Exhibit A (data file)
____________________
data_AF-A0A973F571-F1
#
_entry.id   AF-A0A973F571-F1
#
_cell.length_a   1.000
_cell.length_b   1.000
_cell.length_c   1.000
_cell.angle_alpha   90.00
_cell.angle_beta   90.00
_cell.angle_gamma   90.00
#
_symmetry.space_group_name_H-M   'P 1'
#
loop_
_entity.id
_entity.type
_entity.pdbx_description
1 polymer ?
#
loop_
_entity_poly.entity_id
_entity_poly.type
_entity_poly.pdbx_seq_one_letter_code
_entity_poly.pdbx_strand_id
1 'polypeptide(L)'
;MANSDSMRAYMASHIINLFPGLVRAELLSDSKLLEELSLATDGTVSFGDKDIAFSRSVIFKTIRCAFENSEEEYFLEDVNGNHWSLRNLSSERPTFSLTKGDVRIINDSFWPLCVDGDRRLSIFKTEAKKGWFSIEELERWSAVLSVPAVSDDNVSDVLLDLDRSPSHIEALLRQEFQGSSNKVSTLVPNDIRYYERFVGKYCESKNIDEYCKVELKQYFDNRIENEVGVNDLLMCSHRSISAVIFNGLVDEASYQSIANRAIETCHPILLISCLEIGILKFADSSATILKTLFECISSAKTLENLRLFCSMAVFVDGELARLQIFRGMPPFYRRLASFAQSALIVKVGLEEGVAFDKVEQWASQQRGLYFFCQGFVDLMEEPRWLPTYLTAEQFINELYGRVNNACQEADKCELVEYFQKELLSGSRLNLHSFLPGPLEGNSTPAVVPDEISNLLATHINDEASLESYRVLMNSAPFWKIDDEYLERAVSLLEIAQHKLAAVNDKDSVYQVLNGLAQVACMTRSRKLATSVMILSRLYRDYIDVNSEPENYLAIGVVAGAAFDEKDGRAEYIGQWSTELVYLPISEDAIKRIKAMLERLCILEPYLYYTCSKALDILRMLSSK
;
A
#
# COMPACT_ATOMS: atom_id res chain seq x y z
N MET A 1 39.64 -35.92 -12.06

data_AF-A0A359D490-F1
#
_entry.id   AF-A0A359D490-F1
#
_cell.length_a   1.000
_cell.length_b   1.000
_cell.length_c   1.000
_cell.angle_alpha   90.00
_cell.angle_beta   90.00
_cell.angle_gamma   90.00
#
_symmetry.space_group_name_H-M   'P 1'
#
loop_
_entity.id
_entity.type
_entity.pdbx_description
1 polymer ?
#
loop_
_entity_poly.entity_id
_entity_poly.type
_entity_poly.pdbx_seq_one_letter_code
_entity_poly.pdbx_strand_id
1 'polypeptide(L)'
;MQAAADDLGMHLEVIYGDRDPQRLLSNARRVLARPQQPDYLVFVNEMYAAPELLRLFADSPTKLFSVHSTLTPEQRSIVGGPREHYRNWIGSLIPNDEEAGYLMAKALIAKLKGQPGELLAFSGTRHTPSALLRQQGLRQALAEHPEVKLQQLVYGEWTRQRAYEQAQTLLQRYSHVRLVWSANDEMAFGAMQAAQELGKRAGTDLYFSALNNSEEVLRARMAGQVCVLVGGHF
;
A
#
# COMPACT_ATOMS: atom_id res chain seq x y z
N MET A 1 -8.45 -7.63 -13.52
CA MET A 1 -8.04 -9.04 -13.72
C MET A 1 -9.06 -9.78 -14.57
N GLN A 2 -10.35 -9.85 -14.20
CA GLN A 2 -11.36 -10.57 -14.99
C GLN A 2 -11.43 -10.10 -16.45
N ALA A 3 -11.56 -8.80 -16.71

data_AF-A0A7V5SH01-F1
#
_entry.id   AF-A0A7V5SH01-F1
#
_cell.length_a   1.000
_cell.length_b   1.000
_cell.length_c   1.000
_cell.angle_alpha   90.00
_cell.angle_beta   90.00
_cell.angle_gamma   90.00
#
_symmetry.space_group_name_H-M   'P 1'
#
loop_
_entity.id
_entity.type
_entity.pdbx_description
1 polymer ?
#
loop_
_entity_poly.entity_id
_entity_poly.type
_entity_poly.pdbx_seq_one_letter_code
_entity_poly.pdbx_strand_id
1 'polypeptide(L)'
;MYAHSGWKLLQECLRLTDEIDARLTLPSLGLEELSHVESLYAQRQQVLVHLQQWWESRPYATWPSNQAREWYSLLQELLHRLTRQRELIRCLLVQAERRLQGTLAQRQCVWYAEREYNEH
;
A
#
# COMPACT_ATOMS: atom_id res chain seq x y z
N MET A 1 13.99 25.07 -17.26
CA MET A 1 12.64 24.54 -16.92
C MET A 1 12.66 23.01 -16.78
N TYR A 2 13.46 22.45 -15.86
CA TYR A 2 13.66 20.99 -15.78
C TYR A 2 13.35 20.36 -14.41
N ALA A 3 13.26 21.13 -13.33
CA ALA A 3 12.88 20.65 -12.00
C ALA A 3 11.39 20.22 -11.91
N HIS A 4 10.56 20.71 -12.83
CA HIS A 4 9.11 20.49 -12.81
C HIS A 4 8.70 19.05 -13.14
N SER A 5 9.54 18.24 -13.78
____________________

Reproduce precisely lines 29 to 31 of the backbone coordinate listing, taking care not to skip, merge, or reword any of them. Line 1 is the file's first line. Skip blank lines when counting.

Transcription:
#
# COMPACT_ATOMS: atom_id res chain seq x y z
N MET A 1 39.64 -35.92 -12.06